Essay The Death of Socrates

1232 Words Jun 1st, 2008 5 Pages
The Death of Socrates

Viewing the painting “The Death of Socrates” by Jacques-Louis David, one can perceive many different subject matters, both literally and metaphorically. The obvious is seen within the setting of the painting. The clear illustration of where the event is happening provides the onlooker with a glimpse into a different time and era. Conversely, the artist has taken the liberty to hide deep meaning inside the work of art through less apparent means. Symbolism through art work has endured from early works to contemporized ones, here is no different. Taking the two aforementioned into consideration gives us a glimpse into both the symbolic and factual significance of the occasion.

What we can term as the ‘Roman’
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Given the body of a Greek god, Socrates seems far from frail and is bursting with strength and power. Furthermore, to give Socrates an air of wisdom, he was given a beard. The beard which is representative of knowledge and intelligence flows freely upon the great teacher as his time of execution approaches. While appearing to have the divinity of a god, Socrates is still painted with physical emotion. The duality of being godly and human at the same time may have been a recurring theme at the time this was painted.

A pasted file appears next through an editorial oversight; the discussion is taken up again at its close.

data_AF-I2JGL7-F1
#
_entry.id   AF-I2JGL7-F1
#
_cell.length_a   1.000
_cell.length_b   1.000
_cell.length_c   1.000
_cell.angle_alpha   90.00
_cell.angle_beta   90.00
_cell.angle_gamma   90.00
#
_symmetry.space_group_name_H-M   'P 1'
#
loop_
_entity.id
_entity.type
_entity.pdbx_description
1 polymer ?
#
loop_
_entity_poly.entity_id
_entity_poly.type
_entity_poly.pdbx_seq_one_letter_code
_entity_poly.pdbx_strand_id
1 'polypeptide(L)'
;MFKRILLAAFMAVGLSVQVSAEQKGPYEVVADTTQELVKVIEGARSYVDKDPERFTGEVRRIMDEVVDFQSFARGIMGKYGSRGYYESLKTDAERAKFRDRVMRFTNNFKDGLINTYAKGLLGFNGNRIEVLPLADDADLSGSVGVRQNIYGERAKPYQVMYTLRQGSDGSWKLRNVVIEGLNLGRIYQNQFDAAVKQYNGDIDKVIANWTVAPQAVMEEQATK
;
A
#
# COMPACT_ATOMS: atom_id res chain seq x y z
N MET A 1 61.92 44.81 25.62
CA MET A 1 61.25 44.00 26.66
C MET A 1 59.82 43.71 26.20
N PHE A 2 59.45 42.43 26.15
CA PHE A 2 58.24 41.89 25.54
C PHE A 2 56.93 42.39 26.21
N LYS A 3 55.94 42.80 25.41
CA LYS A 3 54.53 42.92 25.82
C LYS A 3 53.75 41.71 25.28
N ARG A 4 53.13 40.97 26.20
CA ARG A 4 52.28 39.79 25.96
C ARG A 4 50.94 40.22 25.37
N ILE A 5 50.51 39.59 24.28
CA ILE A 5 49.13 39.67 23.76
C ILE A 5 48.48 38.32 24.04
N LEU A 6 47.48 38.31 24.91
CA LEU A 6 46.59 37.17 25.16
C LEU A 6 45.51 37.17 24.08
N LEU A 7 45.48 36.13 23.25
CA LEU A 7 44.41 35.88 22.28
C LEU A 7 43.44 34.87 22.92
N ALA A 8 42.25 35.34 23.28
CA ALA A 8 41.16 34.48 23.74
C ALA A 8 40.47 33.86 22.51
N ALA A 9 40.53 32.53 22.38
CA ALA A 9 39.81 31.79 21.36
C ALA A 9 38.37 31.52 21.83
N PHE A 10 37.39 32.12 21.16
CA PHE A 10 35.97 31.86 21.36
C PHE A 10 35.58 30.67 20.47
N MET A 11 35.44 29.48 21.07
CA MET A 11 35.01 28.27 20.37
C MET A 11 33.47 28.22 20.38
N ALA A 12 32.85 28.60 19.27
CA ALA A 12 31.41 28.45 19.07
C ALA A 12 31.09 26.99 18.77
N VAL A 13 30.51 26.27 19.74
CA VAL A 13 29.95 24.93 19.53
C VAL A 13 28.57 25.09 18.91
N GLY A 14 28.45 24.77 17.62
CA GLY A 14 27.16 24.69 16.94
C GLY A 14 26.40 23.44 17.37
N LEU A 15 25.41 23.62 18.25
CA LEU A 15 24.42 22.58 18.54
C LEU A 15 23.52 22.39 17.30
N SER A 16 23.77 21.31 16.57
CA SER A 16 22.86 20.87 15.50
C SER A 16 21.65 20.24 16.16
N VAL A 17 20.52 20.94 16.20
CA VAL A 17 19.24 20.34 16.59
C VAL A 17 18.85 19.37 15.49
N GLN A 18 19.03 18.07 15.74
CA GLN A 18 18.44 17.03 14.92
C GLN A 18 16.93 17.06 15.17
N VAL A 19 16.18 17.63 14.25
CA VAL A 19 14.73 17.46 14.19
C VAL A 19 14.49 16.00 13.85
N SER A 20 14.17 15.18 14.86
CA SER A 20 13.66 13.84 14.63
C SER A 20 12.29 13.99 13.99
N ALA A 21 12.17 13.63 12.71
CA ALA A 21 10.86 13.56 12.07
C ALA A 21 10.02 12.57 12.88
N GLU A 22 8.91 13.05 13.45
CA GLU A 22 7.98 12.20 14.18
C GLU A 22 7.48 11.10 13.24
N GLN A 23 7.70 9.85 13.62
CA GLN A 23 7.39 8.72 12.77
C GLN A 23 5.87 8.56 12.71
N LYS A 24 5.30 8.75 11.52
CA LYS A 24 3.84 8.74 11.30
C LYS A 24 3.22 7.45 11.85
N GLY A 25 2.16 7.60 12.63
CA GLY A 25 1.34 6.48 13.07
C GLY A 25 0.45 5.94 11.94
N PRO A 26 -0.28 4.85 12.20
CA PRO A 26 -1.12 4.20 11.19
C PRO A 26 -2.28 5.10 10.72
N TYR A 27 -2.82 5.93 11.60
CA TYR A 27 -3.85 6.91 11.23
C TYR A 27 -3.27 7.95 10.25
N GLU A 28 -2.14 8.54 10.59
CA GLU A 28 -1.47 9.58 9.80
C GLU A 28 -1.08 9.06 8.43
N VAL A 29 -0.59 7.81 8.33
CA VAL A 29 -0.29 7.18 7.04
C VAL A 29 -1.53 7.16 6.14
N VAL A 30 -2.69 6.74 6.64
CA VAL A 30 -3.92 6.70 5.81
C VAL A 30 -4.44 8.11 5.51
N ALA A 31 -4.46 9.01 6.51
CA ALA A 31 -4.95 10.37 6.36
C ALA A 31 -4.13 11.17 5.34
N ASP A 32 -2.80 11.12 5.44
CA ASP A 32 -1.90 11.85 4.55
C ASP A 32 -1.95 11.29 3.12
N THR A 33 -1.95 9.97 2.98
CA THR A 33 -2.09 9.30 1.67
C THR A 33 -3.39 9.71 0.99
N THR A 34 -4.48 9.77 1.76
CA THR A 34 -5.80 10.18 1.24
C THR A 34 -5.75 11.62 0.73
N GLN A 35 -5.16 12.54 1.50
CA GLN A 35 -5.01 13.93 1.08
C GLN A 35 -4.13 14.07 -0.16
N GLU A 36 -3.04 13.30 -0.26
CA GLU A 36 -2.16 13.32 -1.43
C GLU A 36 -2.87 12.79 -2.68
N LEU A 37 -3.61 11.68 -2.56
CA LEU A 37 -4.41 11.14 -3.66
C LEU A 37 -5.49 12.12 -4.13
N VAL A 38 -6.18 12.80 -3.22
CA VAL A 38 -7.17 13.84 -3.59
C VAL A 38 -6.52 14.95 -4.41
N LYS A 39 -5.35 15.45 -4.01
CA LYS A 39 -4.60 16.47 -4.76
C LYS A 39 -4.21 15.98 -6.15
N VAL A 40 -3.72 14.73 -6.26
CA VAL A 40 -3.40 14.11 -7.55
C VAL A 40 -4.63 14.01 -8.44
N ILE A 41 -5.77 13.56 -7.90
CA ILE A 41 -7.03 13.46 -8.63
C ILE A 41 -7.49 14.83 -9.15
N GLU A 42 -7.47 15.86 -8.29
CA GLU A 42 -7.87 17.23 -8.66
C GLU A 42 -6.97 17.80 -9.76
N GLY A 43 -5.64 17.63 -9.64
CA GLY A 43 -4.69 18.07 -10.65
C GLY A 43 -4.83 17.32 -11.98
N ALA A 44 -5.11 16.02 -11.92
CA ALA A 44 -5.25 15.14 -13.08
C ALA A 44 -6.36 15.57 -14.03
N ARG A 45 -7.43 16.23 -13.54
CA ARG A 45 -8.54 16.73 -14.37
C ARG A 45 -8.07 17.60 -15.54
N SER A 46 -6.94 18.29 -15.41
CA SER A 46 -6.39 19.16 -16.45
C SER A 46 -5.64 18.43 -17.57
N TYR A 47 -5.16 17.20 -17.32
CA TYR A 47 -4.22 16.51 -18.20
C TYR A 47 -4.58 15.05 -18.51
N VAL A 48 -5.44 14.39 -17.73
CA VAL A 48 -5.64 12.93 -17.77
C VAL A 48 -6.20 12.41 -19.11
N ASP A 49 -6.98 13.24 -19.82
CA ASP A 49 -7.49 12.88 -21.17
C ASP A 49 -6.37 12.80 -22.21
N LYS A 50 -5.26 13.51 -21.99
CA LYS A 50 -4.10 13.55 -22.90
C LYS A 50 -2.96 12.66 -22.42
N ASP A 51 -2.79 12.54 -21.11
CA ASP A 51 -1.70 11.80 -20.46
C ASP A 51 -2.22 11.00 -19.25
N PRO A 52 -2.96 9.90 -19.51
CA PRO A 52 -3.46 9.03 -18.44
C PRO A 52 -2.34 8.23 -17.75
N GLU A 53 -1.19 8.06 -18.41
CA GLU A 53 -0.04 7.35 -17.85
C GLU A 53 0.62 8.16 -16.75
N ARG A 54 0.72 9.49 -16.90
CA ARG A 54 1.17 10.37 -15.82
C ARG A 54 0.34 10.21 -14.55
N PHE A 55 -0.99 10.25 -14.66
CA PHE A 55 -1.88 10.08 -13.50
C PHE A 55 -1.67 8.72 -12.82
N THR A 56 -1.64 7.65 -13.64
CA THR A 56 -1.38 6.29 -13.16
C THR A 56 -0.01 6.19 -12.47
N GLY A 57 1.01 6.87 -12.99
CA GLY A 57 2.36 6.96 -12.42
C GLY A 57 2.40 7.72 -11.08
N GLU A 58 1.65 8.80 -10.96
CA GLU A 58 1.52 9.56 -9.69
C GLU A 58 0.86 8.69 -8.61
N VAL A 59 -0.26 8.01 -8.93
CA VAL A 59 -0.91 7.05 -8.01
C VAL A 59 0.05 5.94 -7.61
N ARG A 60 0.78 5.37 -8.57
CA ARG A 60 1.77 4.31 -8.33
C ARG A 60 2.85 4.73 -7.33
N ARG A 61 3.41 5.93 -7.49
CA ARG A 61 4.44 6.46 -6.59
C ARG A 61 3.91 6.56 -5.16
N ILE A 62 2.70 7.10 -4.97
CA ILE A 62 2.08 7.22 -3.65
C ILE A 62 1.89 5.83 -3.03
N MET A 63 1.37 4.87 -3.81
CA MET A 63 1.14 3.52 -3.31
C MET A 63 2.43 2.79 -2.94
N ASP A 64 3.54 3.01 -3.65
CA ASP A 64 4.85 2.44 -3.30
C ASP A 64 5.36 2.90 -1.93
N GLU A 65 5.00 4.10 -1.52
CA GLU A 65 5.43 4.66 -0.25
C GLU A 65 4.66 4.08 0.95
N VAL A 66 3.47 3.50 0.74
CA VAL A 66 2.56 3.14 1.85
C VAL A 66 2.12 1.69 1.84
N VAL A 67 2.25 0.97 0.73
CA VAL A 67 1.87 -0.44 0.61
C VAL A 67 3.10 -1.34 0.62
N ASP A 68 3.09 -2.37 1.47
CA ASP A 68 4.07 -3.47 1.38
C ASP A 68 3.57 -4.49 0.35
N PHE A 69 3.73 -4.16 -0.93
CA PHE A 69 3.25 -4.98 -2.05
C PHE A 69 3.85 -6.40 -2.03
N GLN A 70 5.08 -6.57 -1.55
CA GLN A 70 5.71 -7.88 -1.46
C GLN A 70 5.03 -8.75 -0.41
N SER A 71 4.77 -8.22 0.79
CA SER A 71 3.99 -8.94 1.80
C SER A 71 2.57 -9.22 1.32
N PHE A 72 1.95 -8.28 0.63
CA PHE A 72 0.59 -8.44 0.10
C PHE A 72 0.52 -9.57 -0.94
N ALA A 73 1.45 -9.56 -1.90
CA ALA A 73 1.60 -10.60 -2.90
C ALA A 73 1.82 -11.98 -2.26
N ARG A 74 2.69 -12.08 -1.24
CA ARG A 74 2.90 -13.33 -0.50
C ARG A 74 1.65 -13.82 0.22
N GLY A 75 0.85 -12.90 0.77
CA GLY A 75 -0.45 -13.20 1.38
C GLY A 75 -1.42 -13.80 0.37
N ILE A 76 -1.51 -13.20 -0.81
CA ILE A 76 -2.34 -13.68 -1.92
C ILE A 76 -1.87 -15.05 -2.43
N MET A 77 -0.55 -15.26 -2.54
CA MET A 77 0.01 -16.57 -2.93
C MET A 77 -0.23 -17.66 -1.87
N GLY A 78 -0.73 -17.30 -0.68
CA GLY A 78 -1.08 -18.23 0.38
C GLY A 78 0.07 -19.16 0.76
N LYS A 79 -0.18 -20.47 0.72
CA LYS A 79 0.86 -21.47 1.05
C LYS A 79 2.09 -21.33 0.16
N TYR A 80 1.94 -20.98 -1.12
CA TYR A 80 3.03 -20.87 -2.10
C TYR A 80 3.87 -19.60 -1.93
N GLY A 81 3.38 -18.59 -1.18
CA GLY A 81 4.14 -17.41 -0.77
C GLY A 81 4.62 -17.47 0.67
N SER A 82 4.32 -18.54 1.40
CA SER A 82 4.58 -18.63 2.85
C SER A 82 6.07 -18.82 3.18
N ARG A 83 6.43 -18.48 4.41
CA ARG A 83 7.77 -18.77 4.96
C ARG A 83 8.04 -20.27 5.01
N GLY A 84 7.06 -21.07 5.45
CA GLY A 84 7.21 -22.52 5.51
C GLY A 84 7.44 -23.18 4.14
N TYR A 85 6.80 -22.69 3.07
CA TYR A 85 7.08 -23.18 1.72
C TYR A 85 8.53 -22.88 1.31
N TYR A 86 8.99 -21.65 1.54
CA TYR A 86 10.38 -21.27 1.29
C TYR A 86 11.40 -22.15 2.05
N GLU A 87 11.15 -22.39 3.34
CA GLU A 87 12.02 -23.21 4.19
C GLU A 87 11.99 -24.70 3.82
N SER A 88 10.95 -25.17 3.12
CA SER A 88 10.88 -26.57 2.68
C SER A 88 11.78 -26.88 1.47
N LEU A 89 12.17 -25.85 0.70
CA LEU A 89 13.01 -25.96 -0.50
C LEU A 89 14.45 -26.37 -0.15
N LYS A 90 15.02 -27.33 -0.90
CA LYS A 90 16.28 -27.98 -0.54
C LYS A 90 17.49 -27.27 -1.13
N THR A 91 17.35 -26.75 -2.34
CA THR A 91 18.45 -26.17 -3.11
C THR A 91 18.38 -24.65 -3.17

Not only looking at the mere representation of the figure who is Socrates, but by examining how he is situated among others in the painting also uncovers meaning in of itself. Studying the way that Socrates’ body is situated you can see that the artist is trying to make a statement of nobility in self-sacrifice. The finger of Socrates is pointed upward and is in the highest position in the chamber. Much like a mountain commands the landscape, so does Socrates finger in a room full of disarray and uncertainty. This can also tells us that although ready to die and in his final hour, his teachings and beliefs will continue to live on. Although Socrates is on his deathbed he still continues to teach and philosophize.

Something else that should be noted is the posture of Socrates. His back is completely erect with no support. Everyone else in the picture…